The TalkOrigins Archive is a website that presents mainstream science perspectives on the antievolution claims of young-earth, old-earth, and "intelligent design" creationists. With sections on evolution, creationism, geology, astronomy and hominid evolution, the web site provides broad coverage of evolutionary biology and the socio-political antievolution movement.
The TalkOrigins Archive began in 1994 when Brett J. Vickers collected several separately posted FAQs from the talk.origins newsgroup and made them available from a single anonymous FTP site. In 1995, Vickers, then a computer science graduate student at the University of California at Irvine, created the TalkOrigins Archive web site. In 2001, Vickers transferred the TalkOrigins Archive to Wesley R. Elsberry, who organized a group of volunteers to handle the maintenance of the Archive.
In 2004, Kenneth Fair incorporated the TalkOrigins Foundation as a Texas 501(c)(3) non-profit organization.1 The Foundation's purposes include funding and maintaining the TalkOrigins Archive and holding copyrights to Archive articles, thereby simplifying the process of reprinting and updating those articles. The copyright issue has posed a particular problem since the FAQs started off as a small collection with little thought given to copyright but have since mushroomed. In 2005, the Foundation was granted tax-exempt status by the IRS.2
The FAQs and FRAs (Frequently Rebutted Assertions) on the TalkOrigins Archive cover a wide range of topics associated with evolutionary biology and creationism. These include Mark Isaak's Index to Creationist Claims, a list of creationist positions on various issues, rebuttals, and links to primary source material. The TalkDesign sister site fulfills a similar role with the Intelligent Design movement. Also hosted is Jim Foley's Fossil Hominids sub-site which studies the evidence for human evolution and has an extensive list of links to websites on both evolutionary biology and creationism. Lastly, the Quote Mine Project, examines the use of Quote mining – taking quotes out of context – by creationists. The feedback system collects reader comments and posts a compilation, along with responses, each month. The archive maintains a sister site which addresses Intelligent Design arguments.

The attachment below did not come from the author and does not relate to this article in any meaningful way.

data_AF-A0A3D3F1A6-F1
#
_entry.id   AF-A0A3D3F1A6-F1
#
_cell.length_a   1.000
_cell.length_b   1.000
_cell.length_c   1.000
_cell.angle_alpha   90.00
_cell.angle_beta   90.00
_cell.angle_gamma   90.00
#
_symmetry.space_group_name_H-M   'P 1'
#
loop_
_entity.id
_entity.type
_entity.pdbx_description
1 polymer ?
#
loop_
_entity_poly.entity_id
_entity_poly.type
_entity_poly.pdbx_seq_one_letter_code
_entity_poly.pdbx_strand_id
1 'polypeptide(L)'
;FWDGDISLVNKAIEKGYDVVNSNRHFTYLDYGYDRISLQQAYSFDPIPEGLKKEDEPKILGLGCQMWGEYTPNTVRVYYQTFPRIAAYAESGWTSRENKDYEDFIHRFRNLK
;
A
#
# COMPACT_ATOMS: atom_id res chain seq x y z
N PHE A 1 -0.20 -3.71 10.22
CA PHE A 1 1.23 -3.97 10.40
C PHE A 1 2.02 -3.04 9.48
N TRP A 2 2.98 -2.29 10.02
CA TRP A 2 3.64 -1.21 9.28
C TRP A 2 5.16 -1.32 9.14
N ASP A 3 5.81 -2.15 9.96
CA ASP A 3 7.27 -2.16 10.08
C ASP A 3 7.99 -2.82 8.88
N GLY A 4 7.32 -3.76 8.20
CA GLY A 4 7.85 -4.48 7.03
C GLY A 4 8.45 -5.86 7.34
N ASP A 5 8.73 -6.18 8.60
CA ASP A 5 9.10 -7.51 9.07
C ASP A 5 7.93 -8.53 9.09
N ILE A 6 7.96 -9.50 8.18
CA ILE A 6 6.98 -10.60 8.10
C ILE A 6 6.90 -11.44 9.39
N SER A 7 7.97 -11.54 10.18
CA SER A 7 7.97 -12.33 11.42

Talkorigins.org has gained awards and recognition over the years:
- In 1999, The New York Times called TalkOrigins a "good antidote" to the plethora of creationist websites that had sprung up.3
- The webpages of the National Academy of Science, Smithsonian Institution,4 Leakey Foundation,5 the National Center for Science Education6 and other organizations recommend Talkorigins.org.
- In August 2002, Scientific American recognized Talkorigins.org for its "detailed discussions (some of which may be too sophisticated for casual readers) and bibliographies relating to virtually any objection to evolution that creationists might raise."7
The Archive is also referenced in college-level textbooks9non-primary source needed and has had material from the archive incorporated into over 20 college or university courses.10non-primary source needed
- "The TalkOrigins Foundation". The TalkOrigins Archive. Retrieved 8 May 2007.
- "TALKORIGINS FOUNDATION INC". GuideStar. Retrieved 30 March 2014.
- Pollak, Michael (6 May 1999). "SCREEN GRAB; Exploring Neanderthal Lore on Line". The New York Times. Retrieved 26 February 2014.
- Smithsonian Institution (Winter/Spring 1999-2000). "Teacher Resources: Human Evolution Websites". AnthroNotes 21 (2). Retrieved 8 May 2007.
- "The Leakey Foundation - Recommended Links". Archived from the original on 1 April 2007. Retrieved 8 May 2007.
- National Center for Science Education. "Critiques of Creationism: Links". Archived from the original on 21 October 2007. Retrieved 9 September 2009. "The main site for arguments refuting the "science" of creation science."
- Rennie, John (17 June 2002). "Other Resources for Defending Evolution". Scientific American. Retrieved 8 May 2007.
- Damm, Tyra (7 October 2006). "WEB SITE OF THE WEEK". Dallas Morning News. Archived from the original on 11 December 2006. Retrieved 30 March 2014.
- "Science Textbooks that Use the Archive". The Talk.Origins Archive. Retrieved 8 May 2007.
- "University and College Courses that Use the Archive". The Talk.Origins Archive. Retrieved 8 May 2007.